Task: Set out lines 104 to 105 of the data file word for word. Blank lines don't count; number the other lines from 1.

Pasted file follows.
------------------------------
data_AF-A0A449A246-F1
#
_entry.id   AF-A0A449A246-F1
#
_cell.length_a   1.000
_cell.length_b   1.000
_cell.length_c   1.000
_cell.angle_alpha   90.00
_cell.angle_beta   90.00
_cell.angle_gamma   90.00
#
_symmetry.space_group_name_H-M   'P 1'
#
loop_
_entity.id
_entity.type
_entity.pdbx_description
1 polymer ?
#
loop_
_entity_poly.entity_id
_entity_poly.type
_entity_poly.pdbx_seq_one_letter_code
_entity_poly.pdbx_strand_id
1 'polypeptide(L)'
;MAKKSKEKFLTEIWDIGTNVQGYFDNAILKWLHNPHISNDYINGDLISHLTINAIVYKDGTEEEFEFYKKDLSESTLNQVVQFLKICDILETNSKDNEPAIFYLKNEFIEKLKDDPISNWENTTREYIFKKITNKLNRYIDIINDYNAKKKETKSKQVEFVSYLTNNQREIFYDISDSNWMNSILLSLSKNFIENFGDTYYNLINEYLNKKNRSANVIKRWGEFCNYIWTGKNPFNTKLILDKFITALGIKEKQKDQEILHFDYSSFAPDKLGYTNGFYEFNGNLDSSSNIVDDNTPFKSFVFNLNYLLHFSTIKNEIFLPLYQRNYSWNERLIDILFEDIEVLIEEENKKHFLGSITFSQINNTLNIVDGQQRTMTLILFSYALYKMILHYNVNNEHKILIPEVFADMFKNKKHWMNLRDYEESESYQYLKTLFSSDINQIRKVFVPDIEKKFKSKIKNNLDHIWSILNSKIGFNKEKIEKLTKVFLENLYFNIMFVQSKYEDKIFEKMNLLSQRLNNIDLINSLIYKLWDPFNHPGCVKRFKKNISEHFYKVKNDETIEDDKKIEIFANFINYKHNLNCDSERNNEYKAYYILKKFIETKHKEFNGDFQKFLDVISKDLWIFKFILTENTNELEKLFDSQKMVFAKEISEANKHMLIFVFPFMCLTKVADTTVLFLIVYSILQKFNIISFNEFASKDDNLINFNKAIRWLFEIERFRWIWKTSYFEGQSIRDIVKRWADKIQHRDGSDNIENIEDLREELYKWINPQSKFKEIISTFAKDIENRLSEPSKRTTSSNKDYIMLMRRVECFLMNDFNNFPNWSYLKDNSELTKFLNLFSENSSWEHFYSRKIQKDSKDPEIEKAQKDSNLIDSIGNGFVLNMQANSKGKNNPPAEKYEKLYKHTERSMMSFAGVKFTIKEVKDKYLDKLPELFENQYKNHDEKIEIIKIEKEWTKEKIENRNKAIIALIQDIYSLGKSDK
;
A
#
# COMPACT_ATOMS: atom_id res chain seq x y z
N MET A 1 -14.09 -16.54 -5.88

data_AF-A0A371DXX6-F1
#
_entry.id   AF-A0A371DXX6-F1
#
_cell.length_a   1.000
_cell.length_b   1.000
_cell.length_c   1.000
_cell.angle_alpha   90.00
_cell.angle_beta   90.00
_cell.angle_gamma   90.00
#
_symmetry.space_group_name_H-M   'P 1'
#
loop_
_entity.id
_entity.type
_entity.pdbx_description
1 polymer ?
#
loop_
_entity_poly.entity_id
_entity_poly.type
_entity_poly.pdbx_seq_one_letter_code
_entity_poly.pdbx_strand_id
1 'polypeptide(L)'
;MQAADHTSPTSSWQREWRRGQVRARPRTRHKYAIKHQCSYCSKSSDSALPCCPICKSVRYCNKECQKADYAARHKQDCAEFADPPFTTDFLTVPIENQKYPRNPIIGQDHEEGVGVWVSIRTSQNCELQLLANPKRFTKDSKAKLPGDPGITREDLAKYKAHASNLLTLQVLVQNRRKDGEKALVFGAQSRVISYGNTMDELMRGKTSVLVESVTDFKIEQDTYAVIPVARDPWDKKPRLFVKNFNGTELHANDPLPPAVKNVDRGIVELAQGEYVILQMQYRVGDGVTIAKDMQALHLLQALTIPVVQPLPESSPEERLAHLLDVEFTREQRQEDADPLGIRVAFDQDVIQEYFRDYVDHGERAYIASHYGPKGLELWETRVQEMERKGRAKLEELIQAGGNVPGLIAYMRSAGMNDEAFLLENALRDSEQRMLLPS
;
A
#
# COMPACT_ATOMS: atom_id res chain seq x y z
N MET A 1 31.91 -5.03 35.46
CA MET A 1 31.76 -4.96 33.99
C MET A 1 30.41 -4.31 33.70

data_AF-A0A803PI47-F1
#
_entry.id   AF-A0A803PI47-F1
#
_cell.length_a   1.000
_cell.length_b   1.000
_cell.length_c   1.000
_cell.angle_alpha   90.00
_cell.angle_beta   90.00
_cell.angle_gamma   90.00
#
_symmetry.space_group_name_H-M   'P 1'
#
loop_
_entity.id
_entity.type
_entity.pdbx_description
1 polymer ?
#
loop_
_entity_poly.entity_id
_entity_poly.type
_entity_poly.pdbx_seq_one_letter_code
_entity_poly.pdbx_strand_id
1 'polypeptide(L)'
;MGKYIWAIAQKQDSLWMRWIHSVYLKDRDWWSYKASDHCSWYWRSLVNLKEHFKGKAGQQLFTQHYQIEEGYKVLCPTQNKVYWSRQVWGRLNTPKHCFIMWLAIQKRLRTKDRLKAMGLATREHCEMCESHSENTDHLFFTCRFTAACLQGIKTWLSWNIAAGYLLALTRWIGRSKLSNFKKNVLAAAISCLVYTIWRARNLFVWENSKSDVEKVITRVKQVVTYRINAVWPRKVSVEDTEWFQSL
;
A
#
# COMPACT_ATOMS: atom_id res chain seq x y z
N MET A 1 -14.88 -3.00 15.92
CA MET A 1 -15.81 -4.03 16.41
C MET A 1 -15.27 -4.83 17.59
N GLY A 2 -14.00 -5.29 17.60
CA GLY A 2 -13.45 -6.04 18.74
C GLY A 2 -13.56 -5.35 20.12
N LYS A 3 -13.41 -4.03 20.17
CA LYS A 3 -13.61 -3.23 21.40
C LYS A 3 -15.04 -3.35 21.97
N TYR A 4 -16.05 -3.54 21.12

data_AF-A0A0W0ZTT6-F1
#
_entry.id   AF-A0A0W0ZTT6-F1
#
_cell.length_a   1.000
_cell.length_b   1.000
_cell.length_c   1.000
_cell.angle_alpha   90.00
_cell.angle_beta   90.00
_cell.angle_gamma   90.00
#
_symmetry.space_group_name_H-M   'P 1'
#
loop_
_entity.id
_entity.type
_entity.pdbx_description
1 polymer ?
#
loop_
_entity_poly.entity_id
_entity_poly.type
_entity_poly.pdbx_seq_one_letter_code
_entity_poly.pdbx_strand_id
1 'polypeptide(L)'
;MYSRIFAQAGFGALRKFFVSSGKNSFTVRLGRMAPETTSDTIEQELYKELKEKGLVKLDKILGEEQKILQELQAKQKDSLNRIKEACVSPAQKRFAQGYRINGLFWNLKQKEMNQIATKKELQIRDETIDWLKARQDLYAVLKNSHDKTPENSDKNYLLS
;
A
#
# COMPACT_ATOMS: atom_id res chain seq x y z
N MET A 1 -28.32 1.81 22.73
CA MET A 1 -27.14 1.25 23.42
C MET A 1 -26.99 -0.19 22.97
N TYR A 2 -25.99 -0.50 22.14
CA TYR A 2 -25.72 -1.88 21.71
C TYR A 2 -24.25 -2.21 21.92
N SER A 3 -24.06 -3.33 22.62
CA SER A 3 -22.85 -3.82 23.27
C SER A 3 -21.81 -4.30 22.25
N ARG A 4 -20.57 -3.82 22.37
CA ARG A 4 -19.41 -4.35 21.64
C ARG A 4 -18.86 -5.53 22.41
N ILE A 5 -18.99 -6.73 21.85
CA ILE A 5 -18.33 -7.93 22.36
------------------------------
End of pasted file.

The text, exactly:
N TYR A 4 -16.05 -3.54 21.12

data_AF-A0A0W0ZTT6-F1